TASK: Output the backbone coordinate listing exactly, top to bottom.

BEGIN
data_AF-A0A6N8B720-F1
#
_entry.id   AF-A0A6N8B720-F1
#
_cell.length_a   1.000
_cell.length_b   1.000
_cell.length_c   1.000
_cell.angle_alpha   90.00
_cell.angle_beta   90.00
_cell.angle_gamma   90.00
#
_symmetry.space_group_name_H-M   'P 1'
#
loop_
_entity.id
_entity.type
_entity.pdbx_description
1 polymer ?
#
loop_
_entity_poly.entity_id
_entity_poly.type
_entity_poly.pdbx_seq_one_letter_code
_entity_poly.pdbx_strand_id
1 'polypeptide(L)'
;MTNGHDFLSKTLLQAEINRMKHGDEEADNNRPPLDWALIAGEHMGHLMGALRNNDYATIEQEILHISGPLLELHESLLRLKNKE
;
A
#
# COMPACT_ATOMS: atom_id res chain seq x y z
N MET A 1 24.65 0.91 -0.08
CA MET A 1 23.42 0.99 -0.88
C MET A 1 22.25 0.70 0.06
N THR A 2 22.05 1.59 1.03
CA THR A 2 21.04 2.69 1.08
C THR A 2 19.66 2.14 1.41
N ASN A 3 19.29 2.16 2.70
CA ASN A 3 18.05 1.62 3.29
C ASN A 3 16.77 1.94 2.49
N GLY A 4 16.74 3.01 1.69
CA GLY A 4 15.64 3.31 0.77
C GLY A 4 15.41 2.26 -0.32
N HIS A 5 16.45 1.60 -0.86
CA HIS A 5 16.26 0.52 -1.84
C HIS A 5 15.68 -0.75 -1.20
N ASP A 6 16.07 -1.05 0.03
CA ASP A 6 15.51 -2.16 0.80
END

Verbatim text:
data_AF-A0A6N8B720-F1
#
_entry.id   AF-A0A6N8B720-F1
#
_cell.length_a   1.000
_cell.length_b   1.000
_cell.length_c   1.000
_cell.angle_alpha   90.00
_cell.angle_beta   90.00
_cell.angle_gamma   90.00
#
_symmetry.space_group_name_H-M   'P 1'
#
loop_
_entity.id
_entity.type
_entity.pdbx_description
1 polymer ?
#
loop_
_entity_poly.entity_id
_entity_poly.type
_entity_poly.pdbx_seq_one_letter_code
_entity_poly.pdbx_strand_id
1 'polypeptide(L)'
;MTNGHDFLSKTLLQAEINRMKHGDEEADNNRPPLDWALIAGEHMGHLMGALRNNDYATIEQEILHISGPLLELHESLLRLKNKE
;
A
#
# COMPACT_ATOMS: atom_id res chain seq x y z
N MET A 1 24.65 0.91 -0.08
CA MET A 1 23.42 0.99 -0.88
C MET A 1 22.25 0.70 0.06
N THR A 2 22.05 1.59 1.03
CA THR A 2 21.04 2.69 1.08
C THR A 2 19.66 2.14 1.41
N ASN A 3 19.29 2.16 2.70
CA ASN A 3 18.05 1.62 3.29
C ASN A 3 16.77 1.94 2.49
N GLY A 4 16.74 3.01 1.69
CA GLY A 4 15.64 3.31 0.77
C GLY A 4 15.41 2.26 -0.32
N HIS A 5 16.45 1.60 -0.86
CA HIS A 5 16.26 0.52 -1.84
C HIS A 5 15.68 -0.75 -1.20
N ASP A 6 16.07 -1.05 0.03
CA ASP A 6 15.51 -2.16 0.80